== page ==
In addition to quicker-than-normal updates, one aspect of the Nexus line of phones and tablets is the prospect of buying a “pure Google” device with absolutely no carrier or manufacturer bloat of any kind. That’s why I was so intrigued – and a little angry – when I discovered the smallest trace of bloat on the new 32GB ASUS Nexus 7 I picked up last Saturday.

If you’re not rooted, you probably wouldn’t ever notice this. But that’s one of the first things I did after getting my new tablet – I’m actually not really into the whole custom ROM scene, but there are a few root-only apps I like to run.

So after rooting the device and installing SD Maid, I fired up the app and started to poke around. By total accident, I soon noticed that “ASUS Keyboard” was listed as a system app that was frozen by default. I unfroze it, but was unable to select it in Android’s Language & input menu.

Still, given my previous experience with the ASUS Eee Pad Transformer Prime and Transformer Pad Infinity, I knew that this keyboard is the same one that comes preinstalled as the default on other ASUS tablets. And this, of course, begs the question, how the heck did this get on a Nexus tablet to begin with?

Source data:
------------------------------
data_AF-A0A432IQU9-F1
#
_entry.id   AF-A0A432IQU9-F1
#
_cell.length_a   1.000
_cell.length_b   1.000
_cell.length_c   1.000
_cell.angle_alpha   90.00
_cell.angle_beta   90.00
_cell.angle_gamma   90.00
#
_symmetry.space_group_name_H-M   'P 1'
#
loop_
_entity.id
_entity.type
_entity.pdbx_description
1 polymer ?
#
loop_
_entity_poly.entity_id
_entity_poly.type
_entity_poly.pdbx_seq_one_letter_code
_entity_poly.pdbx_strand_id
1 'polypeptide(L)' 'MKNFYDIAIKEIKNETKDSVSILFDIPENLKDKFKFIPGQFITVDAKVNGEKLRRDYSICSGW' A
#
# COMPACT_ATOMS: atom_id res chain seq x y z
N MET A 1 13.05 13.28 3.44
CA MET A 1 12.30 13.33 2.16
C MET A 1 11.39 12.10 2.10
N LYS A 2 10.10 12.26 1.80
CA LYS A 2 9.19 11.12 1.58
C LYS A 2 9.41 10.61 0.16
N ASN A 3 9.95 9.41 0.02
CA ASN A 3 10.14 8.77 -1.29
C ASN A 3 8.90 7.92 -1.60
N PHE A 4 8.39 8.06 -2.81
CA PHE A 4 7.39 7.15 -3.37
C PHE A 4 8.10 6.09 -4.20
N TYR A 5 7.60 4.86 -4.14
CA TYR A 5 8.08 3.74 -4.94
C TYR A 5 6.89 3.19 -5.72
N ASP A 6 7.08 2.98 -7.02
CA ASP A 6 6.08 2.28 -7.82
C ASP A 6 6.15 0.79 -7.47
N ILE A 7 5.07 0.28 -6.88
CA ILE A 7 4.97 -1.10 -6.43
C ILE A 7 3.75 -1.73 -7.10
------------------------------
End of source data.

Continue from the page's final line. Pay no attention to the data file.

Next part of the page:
I’m not sure if this affects other versions of the Nexus 7, such as the 8GB, 16GB, or 3G versions. And I also don’t know if this was included in previous software versions. But the fact remains that it’s an .apk file that has no business being on a Nexus device, even if it is frozen by default. This also makes me wonder if ASUS has secretly added any other bits of code throughout the OS, unbeknownst to users, or perhaps even Google.

But, at the same time, this could also just be a mistake that will be removed with the next update. We’ll just have to wait and see.